ac=a.wedge(c);ac

Out:
$\displaystyle \mbox{Alternating form of degree 3 on the 3-dimensional vector space M over the Symbolic Ring}$
In :
ac.disp()                                # show ac

Out:
$\displaystyle \left( a_{2} c_{0} - a_{1} c_{1} + a_{0} c_{2} \right) e^{0}\wedge e^{1}\wedge e^{2}$

Let us apply the definition of wedge product for comparison.

In :
(factorial(3)/factorial(2)*(a*c).antisymmetrize()).disp()

Out:
$\displaystyle \left( a_{2} c_{0} - a_{1} c_{1} + a_{0} c_{2} \right) e^{0}\wedge e^{1}\wedge e^{2}$

Example 10.15

Clarification of the factor $\mathbf {\frac{1}{k!m!}}$ in the wedge product definition.

Let us perform the wedge product between a 2-form and 3-form in 5-dimensional module.

In :
# 2form times 3form in 5-dimensions
%display latex
var('a12,a24,a35')    # symbolic components of 2-form w1
var('b123,b234,b345') # symbolic components of 3-form w2
V = FiniteRankFreeModule(SR,rank=5, name='V', start_index=1)
e = V.basis('e');                      # basis of V
w1=V.alternating_form(2)               # w1 is 2-form with
w1[1,2],w1[2,4],w1[3,5]=a12,a24,a35;   # components a12,a24,a35
w2=V.alternating_form(3)                      # w2 is 3-form
w2[1,2,3],w2[2,3,4],w2[3,4,5]=b123,b234,b345; # with components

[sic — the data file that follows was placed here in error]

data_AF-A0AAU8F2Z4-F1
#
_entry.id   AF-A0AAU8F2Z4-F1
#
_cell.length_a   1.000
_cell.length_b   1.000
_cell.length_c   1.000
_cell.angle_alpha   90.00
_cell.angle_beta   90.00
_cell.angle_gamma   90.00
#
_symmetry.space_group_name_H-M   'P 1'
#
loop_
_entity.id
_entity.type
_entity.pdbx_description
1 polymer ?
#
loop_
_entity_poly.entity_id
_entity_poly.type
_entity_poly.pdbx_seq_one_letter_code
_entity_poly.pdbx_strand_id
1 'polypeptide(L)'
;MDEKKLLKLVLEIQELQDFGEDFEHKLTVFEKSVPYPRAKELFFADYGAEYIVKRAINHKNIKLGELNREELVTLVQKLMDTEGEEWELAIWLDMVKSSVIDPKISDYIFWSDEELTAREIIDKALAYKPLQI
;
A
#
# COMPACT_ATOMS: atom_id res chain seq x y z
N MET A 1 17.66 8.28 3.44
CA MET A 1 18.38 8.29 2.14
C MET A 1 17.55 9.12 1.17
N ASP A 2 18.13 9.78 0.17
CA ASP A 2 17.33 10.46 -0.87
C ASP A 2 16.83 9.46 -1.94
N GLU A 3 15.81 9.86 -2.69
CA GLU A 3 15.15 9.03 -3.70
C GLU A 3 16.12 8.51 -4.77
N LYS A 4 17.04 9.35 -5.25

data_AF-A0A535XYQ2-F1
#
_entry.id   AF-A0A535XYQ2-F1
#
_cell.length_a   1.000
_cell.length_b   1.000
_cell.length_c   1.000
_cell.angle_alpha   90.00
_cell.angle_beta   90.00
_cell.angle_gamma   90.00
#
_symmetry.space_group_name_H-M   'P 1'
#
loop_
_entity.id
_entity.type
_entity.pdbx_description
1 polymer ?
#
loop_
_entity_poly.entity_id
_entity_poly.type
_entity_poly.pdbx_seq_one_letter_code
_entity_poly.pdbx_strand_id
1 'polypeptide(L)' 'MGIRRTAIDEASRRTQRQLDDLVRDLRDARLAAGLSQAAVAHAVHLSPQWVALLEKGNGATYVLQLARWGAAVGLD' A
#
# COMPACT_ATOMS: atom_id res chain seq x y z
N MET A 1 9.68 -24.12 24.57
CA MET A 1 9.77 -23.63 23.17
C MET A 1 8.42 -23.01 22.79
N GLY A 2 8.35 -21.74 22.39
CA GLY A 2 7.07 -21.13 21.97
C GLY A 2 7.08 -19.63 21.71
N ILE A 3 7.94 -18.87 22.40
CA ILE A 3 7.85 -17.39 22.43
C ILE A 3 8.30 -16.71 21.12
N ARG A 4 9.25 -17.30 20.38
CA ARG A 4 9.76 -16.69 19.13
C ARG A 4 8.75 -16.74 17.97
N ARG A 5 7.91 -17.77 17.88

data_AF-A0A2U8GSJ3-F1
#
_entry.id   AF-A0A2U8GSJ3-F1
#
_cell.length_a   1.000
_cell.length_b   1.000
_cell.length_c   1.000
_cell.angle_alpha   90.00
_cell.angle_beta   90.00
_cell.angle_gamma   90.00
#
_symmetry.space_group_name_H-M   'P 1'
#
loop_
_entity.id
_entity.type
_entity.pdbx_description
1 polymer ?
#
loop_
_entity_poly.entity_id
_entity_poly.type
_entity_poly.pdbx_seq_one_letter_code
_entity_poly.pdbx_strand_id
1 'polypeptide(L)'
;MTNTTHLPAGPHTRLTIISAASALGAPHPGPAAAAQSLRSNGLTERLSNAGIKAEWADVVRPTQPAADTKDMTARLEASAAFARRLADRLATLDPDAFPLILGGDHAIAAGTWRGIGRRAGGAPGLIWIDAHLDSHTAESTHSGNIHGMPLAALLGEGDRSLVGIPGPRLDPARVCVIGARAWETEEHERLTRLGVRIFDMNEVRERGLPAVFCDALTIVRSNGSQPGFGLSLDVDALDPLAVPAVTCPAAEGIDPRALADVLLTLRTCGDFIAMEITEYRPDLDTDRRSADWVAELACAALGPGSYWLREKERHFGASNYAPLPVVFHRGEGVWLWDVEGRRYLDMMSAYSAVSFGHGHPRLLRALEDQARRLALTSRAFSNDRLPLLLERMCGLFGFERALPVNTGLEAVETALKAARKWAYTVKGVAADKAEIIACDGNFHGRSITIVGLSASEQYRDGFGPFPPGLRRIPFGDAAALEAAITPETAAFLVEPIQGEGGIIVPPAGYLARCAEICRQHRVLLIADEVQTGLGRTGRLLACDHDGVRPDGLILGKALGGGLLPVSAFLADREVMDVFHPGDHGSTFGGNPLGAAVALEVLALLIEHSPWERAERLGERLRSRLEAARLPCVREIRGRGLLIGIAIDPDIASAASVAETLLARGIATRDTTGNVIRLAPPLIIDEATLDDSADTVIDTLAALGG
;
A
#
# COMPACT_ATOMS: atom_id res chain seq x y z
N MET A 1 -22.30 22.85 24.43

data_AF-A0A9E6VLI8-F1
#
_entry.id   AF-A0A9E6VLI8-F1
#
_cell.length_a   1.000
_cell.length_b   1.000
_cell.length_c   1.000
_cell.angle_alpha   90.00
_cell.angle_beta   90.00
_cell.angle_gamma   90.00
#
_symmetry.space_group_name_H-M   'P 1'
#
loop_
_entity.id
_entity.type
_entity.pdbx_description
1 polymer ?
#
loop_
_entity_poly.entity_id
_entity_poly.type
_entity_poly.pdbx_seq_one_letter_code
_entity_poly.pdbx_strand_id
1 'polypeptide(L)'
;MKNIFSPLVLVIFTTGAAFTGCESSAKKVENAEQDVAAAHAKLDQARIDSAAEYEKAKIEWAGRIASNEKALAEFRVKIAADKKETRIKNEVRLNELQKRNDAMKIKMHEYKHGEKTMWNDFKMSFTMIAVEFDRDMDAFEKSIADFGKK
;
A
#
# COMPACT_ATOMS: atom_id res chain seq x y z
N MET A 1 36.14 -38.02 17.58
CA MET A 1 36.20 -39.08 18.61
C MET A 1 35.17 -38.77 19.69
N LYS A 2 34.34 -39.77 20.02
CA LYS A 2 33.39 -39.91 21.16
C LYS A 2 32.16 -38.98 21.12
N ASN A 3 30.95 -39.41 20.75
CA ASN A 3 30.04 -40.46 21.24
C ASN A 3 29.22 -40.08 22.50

# b123,b234,b345
w1.display()                                  # show w1

Out:
$\displaystyle a_{12} e^{1}\wedge e^{2} + a_{24} e^{2}\wedge e^{4} + a_{35} e^{3}\wedge e^{5}$
In :
w2.display()                              # show w2

Out:
$\displaystyle b_{123} e^{1}\wedge e^{2}\wedge e^{3} + b_{234} e^{2}\wedge e^{3}\wedge e^{4} + b_{345} e^{3}\wedge e^{4}\wedge e^{5}$

Here is the wedge product according to SageMath Manifolds:

In :
w1.wedge(w2).display()                  # show w1/\w2

Out:
$\displaystyle a_{12} b_{345} e^{1}\wedge e^{2}\wedge e^{3}\wedge e^{4}\wedge e^{5}$

Let us apply the definition of wedge product for comparison:

In :
w=w1*w2
w0=factorial(2+3)/factorial(3)/factorial(2)*w.antisymmetrize()
w0.display()

Out:
$\displaystyle a_{12} b_{345} e^{1}\wedge e^{2}\wedge e^{3}\wedge e^{4}\wedge e^{5}$